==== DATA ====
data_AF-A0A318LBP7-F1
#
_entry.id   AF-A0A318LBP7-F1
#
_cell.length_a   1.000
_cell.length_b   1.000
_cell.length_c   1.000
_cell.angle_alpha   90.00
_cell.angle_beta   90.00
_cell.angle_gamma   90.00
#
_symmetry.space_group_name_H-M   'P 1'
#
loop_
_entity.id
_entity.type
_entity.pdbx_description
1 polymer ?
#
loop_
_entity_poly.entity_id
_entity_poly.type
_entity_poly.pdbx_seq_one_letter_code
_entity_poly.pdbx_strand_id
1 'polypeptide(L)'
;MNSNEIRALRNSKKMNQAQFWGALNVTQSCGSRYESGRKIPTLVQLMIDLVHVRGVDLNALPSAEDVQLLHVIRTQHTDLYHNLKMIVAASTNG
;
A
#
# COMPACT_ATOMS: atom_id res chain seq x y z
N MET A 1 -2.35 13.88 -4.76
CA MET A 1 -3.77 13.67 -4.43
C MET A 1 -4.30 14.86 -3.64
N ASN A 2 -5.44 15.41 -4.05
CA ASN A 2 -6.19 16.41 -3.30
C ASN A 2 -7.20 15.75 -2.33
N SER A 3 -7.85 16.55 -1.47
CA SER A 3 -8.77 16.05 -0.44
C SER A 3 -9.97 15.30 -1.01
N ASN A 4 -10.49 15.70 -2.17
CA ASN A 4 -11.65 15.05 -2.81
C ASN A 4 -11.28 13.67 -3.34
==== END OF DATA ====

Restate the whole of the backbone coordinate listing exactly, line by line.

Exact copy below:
data_AF-A0A318LBP7-F1
#
_entry.id   AF-A0A318LBP7-F1
#
_cell.length_a   1.000
_cell.length_b   1.000
_cell.length_c   1.000
_cell.angle_alpha   90.00
_cell.angle_beta   90.00
_cell.angle_gamma   90.00
#
_symmetry.space_group_name_H-M   'P 1'
#
loop_
_entity.id
_entity.type
_entity.pdbx_description
1 polymer ?
#
loop_
_entity_poly.entity_id
_entity_poly.type
_entity_poly.pdbx_seq_one_letter_code
_entity_poly.pdbx_strand_id
1 'polypeptide(L)'
;MNSNEIRALRNSKKMNQAQFWGALNVTQSCGSRYESGRKIPTLVQLMIDLVHVRGVDLNALPSAEDVQLLHVIRTQHTDLYHNLKMIVAASTNG
;
A
#
# COMPACT_ATOMS: atom_id res chain seq x y z
N MET A 1 -2.35 13.88 -4.76
CA MET A 1 -3.77 13.67 -4.43
C MET A 1 -4.30 14.86 -3.64
N ASN A 2 -5.44 15.41 -4.05
CA ASN A 2 -6.19 16.41 -3.30
C ASN A 2 -7.20 15.75 -2.33
N SER A 3 -7.85 16.55 -1.47
CA SER A 3 -8.77 16.05 -0.44
C SER A 3 -9.97 15.30 -1.01
N ASN A 4 -10.49 15.70 -2.17
CA ASN A 4 -11.65 15.05 -2.81
C ASN A 4 -11.28 13.67 -3.34